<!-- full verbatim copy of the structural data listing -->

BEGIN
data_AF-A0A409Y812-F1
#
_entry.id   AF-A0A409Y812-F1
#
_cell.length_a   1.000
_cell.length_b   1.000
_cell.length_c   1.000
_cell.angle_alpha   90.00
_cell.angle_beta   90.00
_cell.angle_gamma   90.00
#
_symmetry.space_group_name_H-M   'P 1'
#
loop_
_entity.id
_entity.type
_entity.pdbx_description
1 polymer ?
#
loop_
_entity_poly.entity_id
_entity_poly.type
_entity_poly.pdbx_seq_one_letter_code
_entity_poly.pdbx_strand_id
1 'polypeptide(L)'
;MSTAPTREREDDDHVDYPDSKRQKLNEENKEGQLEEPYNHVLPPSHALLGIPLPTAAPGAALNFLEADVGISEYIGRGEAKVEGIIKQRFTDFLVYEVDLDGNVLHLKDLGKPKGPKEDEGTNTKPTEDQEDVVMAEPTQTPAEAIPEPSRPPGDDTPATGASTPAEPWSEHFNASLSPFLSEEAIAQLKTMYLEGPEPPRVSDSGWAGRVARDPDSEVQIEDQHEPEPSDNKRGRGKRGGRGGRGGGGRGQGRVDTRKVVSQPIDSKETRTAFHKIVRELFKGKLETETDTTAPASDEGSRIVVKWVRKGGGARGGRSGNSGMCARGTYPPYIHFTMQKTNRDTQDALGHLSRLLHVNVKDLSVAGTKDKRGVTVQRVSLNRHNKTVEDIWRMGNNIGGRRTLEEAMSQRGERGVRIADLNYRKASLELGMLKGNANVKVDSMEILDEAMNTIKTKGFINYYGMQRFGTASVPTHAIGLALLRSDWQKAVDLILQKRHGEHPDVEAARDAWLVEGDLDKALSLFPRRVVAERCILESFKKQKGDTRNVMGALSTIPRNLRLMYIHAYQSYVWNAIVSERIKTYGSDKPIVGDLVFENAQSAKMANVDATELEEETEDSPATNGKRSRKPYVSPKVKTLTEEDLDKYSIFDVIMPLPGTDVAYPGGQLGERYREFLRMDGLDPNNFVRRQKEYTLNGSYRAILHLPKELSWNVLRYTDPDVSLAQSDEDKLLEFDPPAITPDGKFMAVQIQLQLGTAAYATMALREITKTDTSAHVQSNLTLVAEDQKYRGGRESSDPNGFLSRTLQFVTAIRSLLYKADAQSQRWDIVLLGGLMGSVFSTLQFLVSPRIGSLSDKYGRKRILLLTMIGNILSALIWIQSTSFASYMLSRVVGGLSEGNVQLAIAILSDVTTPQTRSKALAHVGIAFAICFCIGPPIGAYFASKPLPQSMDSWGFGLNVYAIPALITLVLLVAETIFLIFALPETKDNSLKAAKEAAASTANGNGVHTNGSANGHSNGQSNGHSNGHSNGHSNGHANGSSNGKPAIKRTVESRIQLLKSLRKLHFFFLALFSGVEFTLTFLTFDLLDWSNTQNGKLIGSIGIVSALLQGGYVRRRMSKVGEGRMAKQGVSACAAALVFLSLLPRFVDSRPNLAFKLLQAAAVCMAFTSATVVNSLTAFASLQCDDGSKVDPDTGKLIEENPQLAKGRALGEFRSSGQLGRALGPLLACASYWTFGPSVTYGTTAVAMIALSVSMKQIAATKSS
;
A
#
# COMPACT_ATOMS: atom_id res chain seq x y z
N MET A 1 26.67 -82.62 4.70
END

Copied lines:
data_AF-A0A409Y812-F1
#
_entry.id   AF-A0A409Y812-F1
#
_cell.length_a   1.000
_cell.length_b   1.000
_cell.length_c   1.000
_cell.angle_alpha   90.00
_cell.angle_beta   90.00
_cell.angle_gamma   90.00
#
_symmetry.space_group_name_H-M   'P 1'
#
loop_
_entity.id
_entity.type
_entity.pdbx_description
1 polymer ?
#
loop_
_entity_poly.entity_id
_entity_poly.type
_entity_poly.pdbx_seq_one_letter_code
_entity_poly.pdbx_strand_id
1 'polypeptide(L)'
;MSTAPTREREDDDHVDYPDSKRQKLNEENKEGQLEEPYNHVLPPSHALLGIPLPTAAPGAALNFLEADVGISEYIGRGEAKVEGIIKQRFTDFLVYEVDLDGNVLHLKDLGKPKGPKEDEGTNTKPTEDQEDVVMAEPTQTPAEAIPEPSRPPGDDTPATGASTPAEPWSEHFNASLSPFLSEEAIAQLKTMYLEGPEPPRVSDSGWAGRVARDPDSEVQIEDQHEPEPSDNKRGRGKRGGRGGRGGGGRGQGRVDTRKVVSQPIDSKETRTAFHKIVRELFKGKLETETDTTAPASDEGSRIVVKWVRKGGGARGGRSGNSGMCARGTYPPYIHFTMQKTNRDTQDALGHLSRLLHVNVKDLSVAGTKDKRGVTVQRVSLNRHNKTVEDIWRMGNNIGGRRTLEEAMSQRGERGVRIADLNYRKASLELGMLKGNANVKVDSMEILDEAMNTIKTKGFINYYGMQRFGTASVPTHAIGLALLRSDWQKAVDLILQKRHGEHPDVEAARDAWLVEGDLDKALSLFPRRVVAERCILESFKKQKGDTRNVMGALSTIPRNLRLMYIHAYQSYVWNAIVSERIKTYGSDKPIVGDLVFENAQSAKMANVDATELEEETEDSPATNGKRSRKPYVSPKVKTLTEEDLDKYSIFDVIMPLPGTDVAYPGGQLGERYREFLRMDGLDPNNFVRRQKEYTLNGSYRAILHLPKELSWNVLRYTDPDVSLAQSDEDKLLEFDPPAITPDGKFMAVQIQLQLGTAAYATMALREITKTDTSAHVQSNLTLVAEDQKYRGGRESSDPNGFLSRTLQFVTAIRSLLYKADAQSQRWDIVLLGGLMGSVFSTLQFLVSPRIGSLSDKYGRKRILLLTMIGNILSALIWIQSTSFASYMLSRVVGGLSEGNVQLAIAILSDVTTPQTRSKALAHVGIAFAICFCIGPPIGAYFASKPLPQSMDSWGFGLNVYAIPALITLVLLVAETIFLIFALPETKDNSLKAAKEAAASTANGNGVHTNGSANGHSNGQSNGHSNGHSNGHSNGHANGSSNGKPAIKRTVESRIQLLKSLRKLHFFFLALFSGVEFTLTFLTFDLLDWSNTQNGKLIGSIGIVSALLQGGYVRRRMSKVGEGRMAKQGVSACAAALVFLSLLPRFVDSRPNLAFKLLQAAAVCMAFTSATVVNSLTAFASLQCDDGSKVDPDTGKLIEENPQLAKGRALGEFRSSGQLGRALGPLLACASYWTFGPSVTYGTTAVAMIALSVSMKQIAATKSS
;
A
#
# COMPACT_ATOMS: atom_id res chain seq x y z
N MET A 1 26.67 -82.62 4.70